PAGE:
Should Overtime Laws Apply to All the Time Spent at Work or Just Some?


NEW YORK (MainStreet) — President Obama wants to overhaul overtime laws which currently exclude many salaried workers. You know how that works: you get "promoted" to manager and end up working more hours and effectively making less money.

"For more than 75 years, the 40-hour workweek and the overtime protections that come with it have helped countless workers climb the ladder of success," the President said during his weekly address of March 15. "But today, an overtime exception originally meant for highly-paid employees now applies to workers who earn as little as $23,660 a year. It doesn't matter if you do mostly physical labor, or if you work 50, 60, even 70 hours a week. Your employer may not have to pay you a single extra dime."

While most (62%) of the nearly 1,000 workers responding to a recent survey said they "somewhat" or "strongly" support overtime laws that would pay salaried employees who work more than 40 hours per week, more than half (51%) admitted they would rather be paid as an hourly employee anyway.

But, salaried or not, is there a difference between time spent at work – and time spent actually working? It depends on who you ask. More than half of the respondents (53%) agreed with the statement "Hourly workers should be paid for every minute they are at work." By political party, the results were 58% Democrat, 52% Independent and 44% Republican.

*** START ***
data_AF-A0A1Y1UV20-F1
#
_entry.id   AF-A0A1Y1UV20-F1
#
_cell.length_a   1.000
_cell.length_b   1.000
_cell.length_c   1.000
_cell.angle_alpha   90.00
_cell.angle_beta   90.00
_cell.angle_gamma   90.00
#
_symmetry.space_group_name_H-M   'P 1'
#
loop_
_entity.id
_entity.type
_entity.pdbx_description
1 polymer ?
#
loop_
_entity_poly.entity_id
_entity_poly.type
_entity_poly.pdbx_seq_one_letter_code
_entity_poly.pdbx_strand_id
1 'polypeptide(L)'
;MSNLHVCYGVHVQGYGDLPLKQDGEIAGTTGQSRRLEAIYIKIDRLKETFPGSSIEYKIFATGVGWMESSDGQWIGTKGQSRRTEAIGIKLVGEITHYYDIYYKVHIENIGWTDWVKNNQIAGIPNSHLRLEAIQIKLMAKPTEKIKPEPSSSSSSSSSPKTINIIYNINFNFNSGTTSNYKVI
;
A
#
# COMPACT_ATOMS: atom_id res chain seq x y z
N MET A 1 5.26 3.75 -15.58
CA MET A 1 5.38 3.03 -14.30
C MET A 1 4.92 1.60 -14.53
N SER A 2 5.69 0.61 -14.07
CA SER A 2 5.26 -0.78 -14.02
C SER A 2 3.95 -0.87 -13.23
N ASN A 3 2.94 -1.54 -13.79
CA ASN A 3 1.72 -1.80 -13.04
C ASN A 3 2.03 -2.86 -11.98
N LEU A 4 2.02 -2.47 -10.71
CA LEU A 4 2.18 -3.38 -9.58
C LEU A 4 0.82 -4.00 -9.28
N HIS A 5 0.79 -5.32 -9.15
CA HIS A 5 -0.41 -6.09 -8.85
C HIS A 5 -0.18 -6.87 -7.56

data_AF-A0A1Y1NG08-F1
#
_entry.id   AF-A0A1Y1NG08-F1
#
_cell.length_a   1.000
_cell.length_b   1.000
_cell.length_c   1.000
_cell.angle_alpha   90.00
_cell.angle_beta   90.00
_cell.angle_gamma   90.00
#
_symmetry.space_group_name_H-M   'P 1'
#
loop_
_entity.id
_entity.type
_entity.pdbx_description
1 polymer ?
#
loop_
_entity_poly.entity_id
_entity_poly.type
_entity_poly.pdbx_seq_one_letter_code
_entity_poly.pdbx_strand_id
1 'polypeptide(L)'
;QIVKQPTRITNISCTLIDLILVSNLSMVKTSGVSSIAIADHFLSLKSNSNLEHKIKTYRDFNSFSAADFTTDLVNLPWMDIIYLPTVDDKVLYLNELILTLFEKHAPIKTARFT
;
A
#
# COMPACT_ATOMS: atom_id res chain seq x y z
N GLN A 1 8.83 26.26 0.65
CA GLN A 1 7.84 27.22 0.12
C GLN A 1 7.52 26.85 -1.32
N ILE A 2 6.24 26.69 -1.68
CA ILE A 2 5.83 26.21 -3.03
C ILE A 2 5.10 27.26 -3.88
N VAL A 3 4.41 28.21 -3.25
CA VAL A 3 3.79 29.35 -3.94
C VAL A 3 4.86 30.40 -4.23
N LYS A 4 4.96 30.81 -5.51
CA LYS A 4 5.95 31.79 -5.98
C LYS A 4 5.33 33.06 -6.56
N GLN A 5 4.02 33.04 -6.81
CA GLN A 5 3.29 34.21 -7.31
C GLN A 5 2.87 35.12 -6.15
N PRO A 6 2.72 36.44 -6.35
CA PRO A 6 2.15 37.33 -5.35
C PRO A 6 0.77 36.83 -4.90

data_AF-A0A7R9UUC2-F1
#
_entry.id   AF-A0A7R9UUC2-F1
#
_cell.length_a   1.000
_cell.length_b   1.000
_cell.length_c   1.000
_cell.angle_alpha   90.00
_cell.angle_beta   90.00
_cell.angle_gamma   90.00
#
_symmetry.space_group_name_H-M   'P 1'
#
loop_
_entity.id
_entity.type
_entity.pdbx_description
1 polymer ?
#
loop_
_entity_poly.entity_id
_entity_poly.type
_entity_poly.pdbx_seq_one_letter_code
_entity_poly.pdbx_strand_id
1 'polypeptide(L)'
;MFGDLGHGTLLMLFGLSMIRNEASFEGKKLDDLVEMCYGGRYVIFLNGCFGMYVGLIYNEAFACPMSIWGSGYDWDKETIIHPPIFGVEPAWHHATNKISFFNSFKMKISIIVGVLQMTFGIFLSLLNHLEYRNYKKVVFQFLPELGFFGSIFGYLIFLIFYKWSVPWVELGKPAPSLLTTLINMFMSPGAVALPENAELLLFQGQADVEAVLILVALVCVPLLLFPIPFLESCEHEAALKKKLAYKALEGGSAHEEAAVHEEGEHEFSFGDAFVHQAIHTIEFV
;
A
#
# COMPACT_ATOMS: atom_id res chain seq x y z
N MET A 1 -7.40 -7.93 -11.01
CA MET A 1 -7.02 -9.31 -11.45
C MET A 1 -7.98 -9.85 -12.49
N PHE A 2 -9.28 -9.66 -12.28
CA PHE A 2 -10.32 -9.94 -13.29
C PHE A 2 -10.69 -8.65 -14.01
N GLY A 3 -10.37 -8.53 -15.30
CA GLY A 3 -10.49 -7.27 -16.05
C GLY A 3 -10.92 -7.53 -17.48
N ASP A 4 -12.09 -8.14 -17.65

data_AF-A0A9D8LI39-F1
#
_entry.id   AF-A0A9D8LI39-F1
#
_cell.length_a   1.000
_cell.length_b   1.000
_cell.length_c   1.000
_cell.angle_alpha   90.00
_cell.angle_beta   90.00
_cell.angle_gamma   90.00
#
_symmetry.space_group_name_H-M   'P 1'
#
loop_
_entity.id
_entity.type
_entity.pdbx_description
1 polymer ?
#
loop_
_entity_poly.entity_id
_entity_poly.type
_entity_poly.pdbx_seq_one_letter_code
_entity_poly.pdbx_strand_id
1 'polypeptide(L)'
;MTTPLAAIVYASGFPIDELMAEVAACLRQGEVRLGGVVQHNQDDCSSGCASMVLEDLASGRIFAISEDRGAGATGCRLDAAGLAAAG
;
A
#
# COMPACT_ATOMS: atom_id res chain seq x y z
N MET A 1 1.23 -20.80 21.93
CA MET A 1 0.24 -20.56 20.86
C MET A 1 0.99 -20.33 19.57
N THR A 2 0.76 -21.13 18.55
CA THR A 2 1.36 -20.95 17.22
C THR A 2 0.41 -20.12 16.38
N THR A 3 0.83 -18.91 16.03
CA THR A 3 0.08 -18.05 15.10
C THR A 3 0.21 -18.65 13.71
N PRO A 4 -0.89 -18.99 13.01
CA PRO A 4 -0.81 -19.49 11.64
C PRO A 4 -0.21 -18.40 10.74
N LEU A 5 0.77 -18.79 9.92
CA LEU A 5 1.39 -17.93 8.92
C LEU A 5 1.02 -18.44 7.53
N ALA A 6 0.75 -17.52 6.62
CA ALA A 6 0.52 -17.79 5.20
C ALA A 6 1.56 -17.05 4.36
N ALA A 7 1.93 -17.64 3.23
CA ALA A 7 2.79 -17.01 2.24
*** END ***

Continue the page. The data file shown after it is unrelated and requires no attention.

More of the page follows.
On the other hand, only 38% of those surveyed agreed with the statement "Hourly workers should only be paid while they are doing work for their employer." Those agreeing with that statement by political party were 53% Republican, 35% Independent and 33% Democrat.

Younger workers particularly agreed with the "paid for time" rather than "paid for time working" scenario, with 61% of adults 18 to 29 and 60% of those 30 to 44 saying they should be compensated for face time. The majority (57%) of the most-senior respondents, those over 65, believed workers should only be paid for time actually working.

--Written by Hal M. Bundrick for MainStreet

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